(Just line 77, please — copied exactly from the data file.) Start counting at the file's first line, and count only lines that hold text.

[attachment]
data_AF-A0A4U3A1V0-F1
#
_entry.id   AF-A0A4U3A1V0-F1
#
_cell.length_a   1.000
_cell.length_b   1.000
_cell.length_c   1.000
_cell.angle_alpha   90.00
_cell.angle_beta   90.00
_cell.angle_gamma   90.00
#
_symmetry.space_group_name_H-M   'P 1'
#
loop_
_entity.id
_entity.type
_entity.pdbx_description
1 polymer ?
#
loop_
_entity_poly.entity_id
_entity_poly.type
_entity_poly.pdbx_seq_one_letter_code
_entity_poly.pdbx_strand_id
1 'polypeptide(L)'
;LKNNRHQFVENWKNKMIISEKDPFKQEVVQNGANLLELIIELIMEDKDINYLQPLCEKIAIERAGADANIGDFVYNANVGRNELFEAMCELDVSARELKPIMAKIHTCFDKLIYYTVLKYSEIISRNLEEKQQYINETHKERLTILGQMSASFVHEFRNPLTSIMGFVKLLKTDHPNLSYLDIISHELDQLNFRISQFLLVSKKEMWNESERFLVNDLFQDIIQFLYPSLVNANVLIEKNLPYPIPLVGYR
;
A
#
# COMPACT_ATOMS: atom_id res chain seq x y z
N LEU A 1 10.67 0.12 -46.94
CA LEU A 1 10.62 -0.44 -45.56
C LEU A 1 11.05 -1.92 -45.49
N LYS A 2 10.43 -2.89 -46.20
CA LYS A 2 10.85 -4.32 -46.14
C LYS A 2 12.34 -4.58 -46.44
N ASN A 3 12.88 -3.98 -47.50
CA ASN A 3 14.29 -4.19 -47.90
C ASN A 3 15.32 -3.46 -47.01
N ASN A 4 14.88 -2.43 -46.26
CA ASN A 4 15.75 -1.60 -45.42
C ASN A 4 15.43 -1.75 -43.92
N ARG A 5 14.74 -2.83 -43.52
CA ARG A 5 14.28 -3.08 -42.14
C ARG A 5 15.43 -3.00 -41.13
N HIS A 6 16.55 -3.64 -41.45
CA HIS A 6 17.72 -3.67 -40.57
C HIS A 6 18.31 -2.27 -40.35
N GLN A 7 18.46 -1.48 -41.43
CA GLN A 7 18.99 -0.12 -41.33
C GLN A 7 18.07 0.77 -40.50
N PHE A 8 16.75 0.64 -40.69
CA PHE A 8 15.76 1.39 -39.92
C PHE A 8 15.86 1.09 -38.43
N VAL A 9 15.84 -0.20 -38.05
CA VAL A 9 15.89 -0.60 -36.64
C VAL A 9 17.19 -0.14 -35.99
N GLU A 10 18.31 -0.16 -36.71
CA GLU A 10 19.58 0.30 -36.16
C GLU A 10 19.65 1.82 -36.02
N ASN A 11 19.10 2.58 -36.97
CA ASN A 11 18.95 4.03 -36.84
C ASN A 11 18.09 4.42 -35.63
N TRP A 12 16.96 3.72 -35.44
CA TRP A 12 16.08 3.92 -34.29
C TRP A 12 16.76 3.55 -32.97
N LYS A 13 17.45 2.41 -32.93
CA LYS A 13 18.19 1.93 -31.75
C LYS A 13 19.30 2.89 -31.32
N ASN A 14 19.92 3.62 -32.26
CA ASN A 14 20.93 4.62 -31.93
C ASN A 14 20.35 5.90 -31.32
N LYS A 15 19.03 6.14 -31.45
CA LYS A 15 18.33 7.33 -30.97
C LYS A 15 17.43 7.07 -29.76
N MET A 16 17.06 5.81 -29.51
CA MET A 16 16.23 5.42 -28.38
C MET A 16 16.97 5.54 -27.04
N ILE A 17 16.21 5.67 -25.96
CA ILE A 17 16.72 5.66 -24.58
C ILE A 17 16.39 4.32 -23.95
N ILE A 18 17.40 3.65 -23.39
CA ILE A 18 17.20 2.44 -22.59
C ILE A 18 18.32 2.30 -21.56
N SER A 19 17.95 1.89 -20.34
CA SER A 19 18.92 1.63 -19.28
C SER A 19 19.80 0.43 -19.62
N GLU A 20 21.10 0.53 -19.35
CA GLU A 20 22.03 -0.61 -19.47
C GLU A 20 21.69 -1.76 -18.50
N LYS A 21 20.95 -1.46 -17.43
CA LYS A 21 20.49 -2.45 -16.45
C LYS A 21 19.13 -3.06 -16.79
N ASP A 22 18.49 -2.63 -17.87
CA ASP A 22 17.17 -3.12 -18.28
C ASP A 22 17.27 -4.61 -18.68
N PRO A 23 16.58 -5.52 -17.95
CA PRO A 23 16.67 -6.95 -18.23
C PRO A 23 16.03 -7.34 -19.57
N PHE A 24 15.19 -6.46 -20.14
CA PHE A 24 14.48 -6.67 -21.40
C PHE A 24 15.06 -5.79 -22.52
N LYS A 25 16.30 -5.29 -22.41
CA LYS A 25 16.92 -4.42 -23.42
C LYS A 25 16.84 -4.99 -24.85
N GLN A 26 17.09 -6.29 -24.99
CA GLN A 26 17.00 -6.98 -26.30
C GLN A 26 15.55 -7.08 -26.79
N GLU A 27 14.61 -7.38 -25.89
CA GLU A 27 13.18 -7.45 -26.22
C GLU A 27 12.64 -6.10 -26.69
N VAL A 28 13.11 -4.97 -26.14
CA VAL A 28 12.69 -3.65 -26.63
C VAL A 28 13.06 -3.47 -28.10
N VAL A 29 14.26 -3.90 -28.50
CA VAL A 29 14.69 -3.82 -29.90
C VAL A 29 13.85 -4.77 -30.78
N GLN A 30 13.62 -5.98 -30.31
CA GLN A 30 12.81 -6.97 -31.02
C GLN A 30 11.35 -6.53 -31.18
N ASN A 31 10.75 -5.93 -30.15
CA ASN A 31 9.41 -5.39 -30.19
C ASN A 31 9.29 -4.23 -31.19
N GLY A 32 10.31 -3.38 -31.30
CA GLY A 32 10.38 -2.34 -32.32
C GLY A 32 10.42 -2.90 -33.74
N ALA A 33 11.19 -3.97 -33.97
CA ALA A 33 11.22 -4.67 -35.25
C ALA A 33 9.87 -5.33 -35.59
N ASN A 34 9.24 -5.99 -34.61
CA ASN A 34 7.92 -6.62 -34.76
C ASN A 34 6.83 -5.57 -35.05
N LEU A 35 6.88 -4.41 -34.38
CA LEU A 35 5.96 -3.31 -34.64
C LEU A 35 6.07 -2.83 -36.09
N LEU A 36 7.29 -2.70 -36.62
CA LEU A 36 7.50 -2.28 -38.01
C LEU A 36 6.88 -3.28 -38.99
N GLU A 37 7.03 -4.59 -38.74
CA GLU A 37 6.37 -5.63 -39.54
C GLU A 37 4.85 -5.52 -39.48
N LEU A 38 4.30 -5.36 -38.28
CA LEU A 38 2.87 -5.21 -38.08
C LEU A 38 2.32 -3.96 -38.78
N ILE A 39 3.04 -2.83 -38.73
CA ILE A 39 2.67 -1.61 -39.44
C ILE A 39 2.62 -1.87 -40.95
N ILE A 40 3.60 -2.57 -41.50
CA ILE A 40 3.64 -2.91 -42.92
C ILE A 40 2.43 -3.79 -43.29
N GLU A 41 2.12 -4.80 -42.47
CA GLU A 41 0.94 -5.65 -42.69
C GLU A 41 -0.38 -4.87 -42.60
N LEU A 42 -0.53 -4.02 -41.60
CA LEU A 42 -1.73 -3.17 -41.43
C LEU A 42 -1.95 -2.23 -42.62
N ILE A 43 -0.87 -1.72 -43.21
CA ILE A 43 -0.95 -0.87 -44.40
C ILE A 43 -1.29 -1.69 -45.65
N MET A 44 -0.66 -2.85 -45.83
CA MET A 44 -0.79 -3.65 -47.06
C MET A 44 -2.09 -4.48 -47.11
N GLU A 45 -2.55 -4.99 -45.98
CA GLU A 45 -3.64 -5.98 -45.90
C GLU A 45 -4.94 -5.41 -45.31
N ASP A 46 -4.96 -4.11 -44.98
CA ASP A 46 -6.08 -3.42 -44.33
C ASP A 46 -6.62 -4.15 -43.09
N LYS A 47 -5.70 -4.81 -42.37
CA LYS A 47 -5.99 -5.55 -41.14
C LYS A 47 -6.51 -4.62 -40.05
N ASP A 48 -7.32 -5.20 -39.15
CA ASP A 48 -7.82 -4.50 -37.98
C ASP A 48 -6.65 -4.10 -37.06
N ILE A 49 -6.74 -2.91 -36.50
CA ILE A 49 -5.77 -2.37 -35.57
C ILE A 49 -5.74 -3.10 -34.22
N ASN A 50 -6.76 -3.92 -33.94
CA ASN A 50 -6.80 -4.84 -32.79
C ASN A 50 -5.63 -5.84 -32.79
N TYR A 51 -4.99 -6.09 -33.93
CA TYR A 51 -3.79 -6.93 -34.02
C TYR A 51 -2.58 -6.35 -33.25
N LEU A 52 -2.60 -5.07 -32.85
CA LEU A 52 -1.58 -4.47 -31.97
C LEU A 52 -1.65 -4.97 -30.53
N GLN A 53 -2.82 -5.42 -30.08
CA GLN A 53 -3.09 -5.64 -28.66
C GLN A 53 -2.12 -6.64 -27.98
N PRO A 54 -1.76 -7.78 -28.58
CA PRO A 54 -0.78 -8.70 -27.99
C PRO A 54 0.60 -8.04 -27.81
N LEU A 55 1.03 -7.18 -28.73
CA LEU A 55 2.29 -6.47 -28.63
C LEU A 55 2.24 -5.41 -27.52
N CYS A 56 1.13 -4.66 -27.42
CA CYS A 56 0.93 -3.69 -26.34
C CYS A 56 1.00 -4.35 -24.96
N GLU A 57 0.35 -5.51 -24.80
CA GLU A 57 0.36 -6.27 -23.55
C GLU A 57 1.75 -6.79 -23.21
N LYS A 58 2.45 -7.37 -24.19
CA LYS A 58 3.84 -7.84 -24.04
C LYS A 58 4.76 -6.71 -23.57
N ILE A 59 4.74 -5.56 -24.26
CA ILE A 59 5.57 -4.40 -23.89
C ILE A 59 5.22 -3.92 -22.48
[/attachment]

CA MET A 16 16.23 5.42 -28.38